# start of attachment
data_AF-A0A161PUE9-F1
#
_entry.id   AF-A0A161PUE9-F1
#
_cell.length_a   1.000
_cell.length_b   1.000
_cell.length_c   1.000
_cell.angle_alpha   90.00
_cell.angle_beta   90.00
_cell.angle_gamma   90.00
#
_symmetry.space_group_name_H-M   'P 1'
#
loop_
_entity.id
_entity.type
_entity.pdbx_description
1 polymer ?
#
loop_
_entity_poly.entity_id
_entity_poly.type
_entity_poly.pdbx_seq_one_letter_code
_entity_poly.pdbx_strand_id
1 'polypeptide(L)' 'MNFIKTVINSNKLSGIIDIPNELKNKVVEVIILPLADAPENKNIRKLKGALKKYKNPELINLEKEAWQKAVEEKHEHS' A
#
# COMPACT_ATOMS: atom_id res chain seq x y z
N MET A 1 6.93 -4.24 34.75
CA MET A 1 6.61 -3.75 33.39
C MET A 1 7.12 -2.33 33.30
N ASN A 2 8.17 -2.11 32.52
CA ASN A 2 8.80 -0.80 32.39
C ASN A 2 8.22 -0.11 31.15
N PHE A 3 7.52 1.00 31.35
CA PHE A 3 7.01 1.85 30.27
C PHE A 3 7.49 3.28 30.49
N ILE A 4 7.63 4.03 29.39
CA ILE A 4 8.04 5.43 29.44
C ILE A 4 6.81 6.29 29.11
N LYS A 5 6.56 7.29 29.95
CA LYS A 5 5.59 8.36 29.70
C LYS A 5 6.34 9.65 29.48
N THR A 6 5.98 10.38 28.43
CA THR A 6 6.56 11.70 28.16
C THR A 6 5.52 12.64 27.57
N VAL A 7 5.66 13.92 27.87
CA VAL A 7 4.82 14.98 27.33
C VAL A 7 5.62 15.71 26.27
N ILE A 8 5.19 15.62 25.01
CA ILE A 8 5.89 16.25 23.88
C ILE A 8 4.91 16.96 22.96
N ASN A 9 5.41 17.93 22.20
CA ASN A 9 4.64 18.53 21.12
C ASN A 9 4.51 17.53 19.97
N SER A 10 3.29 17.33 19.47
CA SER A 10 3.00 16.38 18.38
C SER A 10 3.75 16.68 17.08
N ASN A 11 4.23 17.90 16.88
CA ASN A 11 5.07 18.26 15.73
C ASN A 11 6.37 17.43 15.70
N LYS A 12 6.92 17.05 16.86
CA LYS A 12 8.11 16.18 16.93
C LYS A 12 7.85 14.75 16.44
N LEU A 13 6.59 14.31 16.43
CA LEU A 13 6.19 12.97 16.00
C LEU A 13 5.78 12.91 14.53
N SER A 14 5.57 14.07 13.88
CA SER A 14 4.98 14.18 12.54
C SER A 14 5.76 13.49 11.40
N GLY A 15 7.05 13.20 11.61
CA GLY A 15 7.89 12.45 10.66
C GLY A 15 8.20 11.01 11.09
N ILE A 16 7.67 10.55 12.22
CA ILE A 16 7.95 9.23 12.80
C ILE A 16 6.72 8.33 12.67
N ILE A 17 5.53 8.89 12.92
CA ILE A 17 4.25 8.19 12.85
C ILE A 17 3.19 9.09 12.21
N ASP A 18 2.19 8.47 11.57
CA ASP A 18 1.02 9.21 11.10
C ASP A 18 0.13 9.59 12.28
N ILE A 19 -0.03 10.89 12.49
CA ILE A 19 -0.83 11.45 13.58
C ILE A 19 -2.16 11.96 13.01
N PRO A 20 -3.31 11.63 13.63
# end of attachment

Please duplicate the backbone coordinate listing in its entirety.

data_AF-A0A161PUE9-F1
#
_entry.id   AF-A0A161PUE9-F1
#
_cell.length_a   1.000
_cell.length_b   1.000
_cell.length_c   1.000
_cell.angle_alpha   90.00
_cell.angle_beta   90.00
_cell.angle_gamma   90.00
#
_symmetry.space_group_name_H-M   'P 1'
#
loop_
_entity.id
_entity.type
_entity.pdbx_description
1 polymer ?
#
loop_
_entity_poly.entity_id
_entity_poly.type
_entity_poly.pdbx_seq_one_letter_code
_entity_poly.pdbx_strand_id
1 'polypeptide(L)' 'MNFIKTVINSNKLSGIIDIPNELKNKVVEVIILPLADAPENKNIRKLKGALKKYKNPELINLEKEAWQKAVEEKHEHS' A
#
# COMPACT_ATOMS: atom_id res chain seq x y z
N MET A 1 6.93 -4.24 34.75
CA MET A 1 6.61 -3.75 33.39
C MET A 1 7.12 -2.33 33.30
N ASN A 2 8.17 -2.11 32.52
CA ASN A 2 8.80 -0.80 32.39
C ASN A 2 8.22 -0.11 31.15
N PHE A 3 7.52 1.00 31.35
CA PHE A 3 7.01 1.85 30.27
C PHE A 3 7.49 3.28 30.49
N ILE A 4 7.63 4.03 29.39
CA ILE A 4 8.04 5.43 29.44
C ILE A 4 6.81 6.29 29.11
N LYS A 5 6.56 7.29 29.95
CA LYS A 5 5.59 8.36 29.70
C LYS A 5 6.34 9.65 29.48
N THR A 6 5.98 10.38 28.43
CA THR A 6 6.56 11.70 28.16
C THR A 6 5.52 12.64 27.57
N VAL A 7 5.66 13.92 27.87
CA VAL A 7 4.82 14.98 27.33
C VAL A 7 5.62 15.71 26.27
N ILE A 8 5.19 15.62 25.01
CA ILE A 8 5.89 16.25 23.88
C ILE A 8 4.91 16.96 22.96
N ASN A 9 5.41 17.93 22.20
CA ASN A 9 4.64 18.53 21.12
C ASN A 9 4.51 17.53 19.97
N SER A 10 3.29 17.33 19.47
CA SER A 10 3.00 16.38 18.38
C SER A 10 3.75 16.68 17.08
N ASN A 11 4.23 17.90 16.88
CA ASN A 11 5.07 18.26 15.73
C ASN A 11 6.37 17.43 15.70
N LYS A 12 6.92 17.05 16.86
CA LYS A 12 8.11 16.18 16.93
C LYS A 12 7.85 14.75 16.44
N LEU A 13 6.59 14.31 16.43
CA LEU A 13 6.19 12.97 16.00
C LEU A 13 5.78 12.91 14.53
N SER A 14 5.57 14.07 13.88
CA SER A 14 4.98 14.18 12.54
C SER A 14 5.76 13.49 11.40
N GLY A 15 7.05 13.20 11.61
CA GLY A 15 7.89 12.45 10.66
C GLY A 15 8.20 11.01 11.09
N ILE A 16 7.67 10.55 12.22
CA ILE A 16 7.95 9.23 12.80
C ILE A 16 6.72 8.33 12.67
N ILE A 17 5.53 8.89 12.92
CA ILE A 17 4.25 8.19 12.85
C ILE A 17 3.19 9.09 12.21
N ASP A 18 2.19 8.47 11.57
CA ASP A 18 1.02 9.21 11.10
C ASP A 18 0.13 9.59 12.28
N ILE A 19 -0.03 10.89 12.49
CA ILE A 19 -0.83 11.45 13.58
C ILE A 19 -2.16 11.96 13.01
N PRO A 20 -3.31 11.63 13.63